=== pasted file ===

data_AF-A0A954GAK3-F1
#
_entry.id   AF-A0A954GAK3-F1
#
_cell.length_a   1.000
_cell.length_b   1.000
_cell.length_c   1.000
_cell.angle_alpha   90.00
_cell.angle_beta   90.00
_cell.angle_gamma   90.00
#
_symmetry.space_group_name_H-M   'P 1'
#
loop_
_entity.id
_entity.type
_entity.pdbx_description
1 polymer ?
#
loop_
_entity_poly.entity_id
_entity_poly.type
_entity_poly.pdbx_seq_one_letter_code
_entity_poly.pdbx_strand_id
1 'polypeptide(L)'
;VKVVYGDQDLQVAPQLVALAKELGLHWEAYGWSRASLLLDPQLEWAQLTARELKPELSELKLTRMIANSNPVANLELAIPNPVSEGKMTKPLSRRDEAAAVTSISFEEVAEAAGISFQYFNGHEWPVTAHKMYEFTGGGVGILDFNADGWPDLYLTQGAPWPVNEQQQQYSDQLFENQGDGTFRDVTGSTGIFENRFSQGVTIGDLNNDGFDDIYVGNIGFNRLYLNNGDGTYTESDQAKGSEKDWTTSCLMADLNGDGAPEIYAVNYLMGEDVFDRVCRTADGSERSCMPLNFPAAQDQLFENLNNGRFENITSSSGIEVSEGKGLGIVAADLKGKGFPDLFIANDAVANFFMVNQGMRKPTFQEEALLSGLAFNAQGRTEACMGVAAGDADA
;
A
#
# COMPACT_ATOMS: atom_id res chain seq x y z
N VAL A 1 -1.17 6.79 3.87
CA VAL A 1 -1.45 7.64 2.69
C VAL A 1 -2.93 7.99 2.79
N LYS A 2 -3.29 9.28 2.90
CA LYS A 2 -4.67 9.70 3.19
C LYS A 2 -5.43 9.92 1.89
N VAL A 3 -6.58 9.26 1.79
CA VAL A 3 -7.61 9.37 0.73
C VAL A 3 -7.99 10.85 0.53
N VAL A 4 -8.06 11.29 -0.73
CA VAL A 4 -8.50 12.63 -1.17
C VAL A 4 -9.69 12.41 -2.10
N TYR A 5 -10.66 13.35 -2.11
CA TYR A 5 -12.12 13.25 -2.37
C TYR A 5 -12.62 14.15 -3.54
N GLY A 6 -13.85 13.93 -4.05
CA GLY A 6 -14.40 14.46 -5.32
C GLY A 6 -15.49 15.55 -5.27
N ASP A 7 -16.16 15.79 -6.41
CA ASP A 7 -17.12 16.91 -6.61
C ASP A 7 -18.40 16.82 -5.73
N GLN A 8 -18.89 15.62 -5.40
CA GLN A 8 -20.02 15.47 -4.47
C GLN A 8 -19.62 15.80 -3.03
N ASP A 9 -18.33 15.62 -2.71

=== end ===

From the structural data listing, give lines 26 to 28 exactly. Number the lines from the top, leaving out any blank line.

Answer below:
;VKVVYGDQDLQVAPQLVALAKELGLHWEAYGWSRASLLLDPQLEWAQLTARELKPELSELKLTRMIANSNPVANLELAIPNPVSEGKMTKPLSRRDEAAAVTSISFEEVAEAAGISFQYFNGHEWPVTAHKMYEFTGGGVGILDFNADGWPDLYLTQGAPWPVNEQQQQYSDQLFENQGDGTFRDVTGSTGIFENRFSQGVTIGDLNNDGFDDIYVGNIGFNRLYLNNGDGTYTESDQAKGSEKDWTTSCLMADLNGDGAPEIYAVNYLMGEDVFDRVCRTADGSERSCMPLNFPAAQDQLFENLNNGRFENITSSSGIEVSEGKGLGIVAADLKGKGFPDLFIANDAVANFFMVNQGMRKPTFQEEALLSGLAFNAQGRTEACMGVAAGDADA
;
A